Continuing our Digital Saturday here at Baltimore Comic-Con, we headed over to the “Making Comics The comiXology Way” panel, which of course, was about waffles. I don’t even know what that means, I’m exhausted and it’s only my second panel, so let’s get to the recap!
On the panel were founder of comiXology John D. Roberts, artist Reilly Brown, and writer Alex De Campi. Roberts opened things up doing a short presentation on the App, with a focus on their Guided View technology. He noted that as they were working on Guided View, they noticed some panels seemed to have seamless transitions. This led to creators, like De Campi and Brown, saying they wanted to make stories that took advantage of these techniques.
Roberts then laid out the three main techniques used in Guided View storytelling:
Panning: Moving piece by piece though a large image.
Zooming: Going from a close image, zooming out to reveal something else.
Dissolves: Going from one picture to another.
Roberts then talked about resolution issues, that every time technology upgrades, you need to redo the art for higher resolutions. For the presentation, Roberts hadn’t even had time to add in the new specs for the Kindle, and Brown and De Campi noted she wasn’t looking forward to the new iPad, and redoing everything again.
With the presentation over, Roberts turned to De Campi. “Hard as it might be to believe, not all of my friends are nerds,” joked De Campi, talking about how her non-tech friends had a hard time opening documents, or understanding how to read a comic on their devices. The Guided View, on the other hand, uses, “more of the language of cinema,” which non-comics readers have an easier time understanding. She added that you don’t want to use, “tricks for tricks sake,” but instead use the tech to help the pace and the tone of the story. In the case of her comic Valentine, she used transitions to force the reader to slowly read all her text to give a sense of slowness to the beginning of her story.
Roberts also noted that De Campi introduced fourteen different languages for the comic, with Japanese being the most difficult because the language is vertical – leading to all the balloons being reconfigured. The creative team was also careful not to add any words into the art, so that for Asian countries, the words wouldn’t be flipped when the art was flipped.
The discussion then turned to the line between guided view, and motion comics. “You want to read it, not watch it,” said Brown. “If it goes on without you, you’re not reading it,” adding that makes it not a comic. De Campi continued, saying that with a comic, you need to build towards suspense… With a print comic, there’s a surprise every two pages; with full page views on comiXology, you can do a surprise every page; or with Guided View, you can have one every panel.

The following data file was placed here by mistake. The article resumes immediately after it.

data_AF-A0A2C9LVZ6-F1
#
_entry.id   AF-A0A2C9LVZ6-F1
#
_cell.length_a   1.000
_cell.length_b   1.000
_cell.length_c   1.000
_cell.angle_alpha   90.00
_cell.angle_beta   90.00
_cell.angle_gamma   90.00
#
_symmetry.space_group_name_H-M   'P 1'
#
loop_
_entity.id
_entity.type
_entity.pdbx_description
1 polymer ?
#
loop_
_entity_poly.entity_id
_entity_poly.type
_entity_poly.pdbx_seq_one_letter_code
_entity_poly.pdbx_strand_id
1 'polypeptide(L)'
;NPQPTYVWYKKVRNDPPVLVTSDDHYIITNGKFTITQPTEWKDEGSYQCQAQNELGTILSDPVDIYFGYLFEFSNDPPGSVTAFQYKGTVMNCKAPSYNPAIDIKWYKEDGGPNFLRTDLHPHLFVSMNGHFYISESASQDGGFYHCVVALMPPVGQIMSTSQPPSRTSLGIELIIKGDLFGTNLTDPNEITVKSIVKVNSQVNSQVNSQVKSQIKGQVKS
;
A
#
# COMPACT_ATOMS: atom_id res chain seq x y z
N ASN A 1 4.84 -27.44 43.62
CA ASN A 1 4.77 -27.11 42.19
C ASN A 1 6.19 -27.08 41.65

On the actual mechanics of writing a book for Guided View, Brown said that when tackling his comic Power Play, it was too burdensome to break everything down by panels, so instead they aimed for “scenes.” He also found freedom in being able to just draw a new panel, if he found it was needed, rather than having to redraw a whole page to fix one little bit. “It does get dangerous to say, I could just add an extra panel here… And then you have way more work,” said Brown.
On the plus side, Roberts said that as opposed to print constraints on page numbers, you can have a “one page comic, or a seven page comic.” That even leads to more challenges, as Brown noted an artist is usally paid by page. “Now the new measure is going to have to be, how long does this take to draw?” said Brown.
Then it was open to questions. The first was about using music, which De Campi firmly believed it was a great idea as long as you can still control the time, and have the ability of turning it off. Brown also noted that because of expense and memory usage, it would be prohibitive to have original music in a digital comic. De Campi disagreed, saying she knew musicians would do it for experimental purposes, adding that it will happen, it’s just a matter of time.
The panelists talked about how just because you’re using digital tools, doesn’t mean the traditional comic book page is going away. Both De Campi and Brown said they love working with comics, and using regular panel structure when they can. On the other hand, Roberts noted that moving from a regular comic book layout, to a landscape layout has allowed comics to move more towards the way the rest of the world is laid out. “Our eyesight is landscape,” noted De Campi.
A fan wondered about the release of older comics through the App, with Roberts clarifying that it’s up to the Publishers what gets released… Particularly as it’s up to them to spend the money to convert their comics to digital. Roberts does hope that there will, someday, be an evergreen, service with every comic ever made available online.
The next question was about printing digital books, with the panelists mostly in agreement that you worry about one thing at a time: when it digital, make it work for digital; if print comes calling, worry about that then. Roberts, however, added that his current focus is on getting creators to work on digital first, with announcements to be made at New York Comic-Con. “We’re an experience company,” said Roberts. “We looked at what we had done, and said, this is not the best experience we can have.” It sounds like, TBA at NYCC, the App, and the way comiXology approaches digital, may be getting a full overhaul.
And then we were done! Off to the next panel with us! Maybe this one will be about waffles?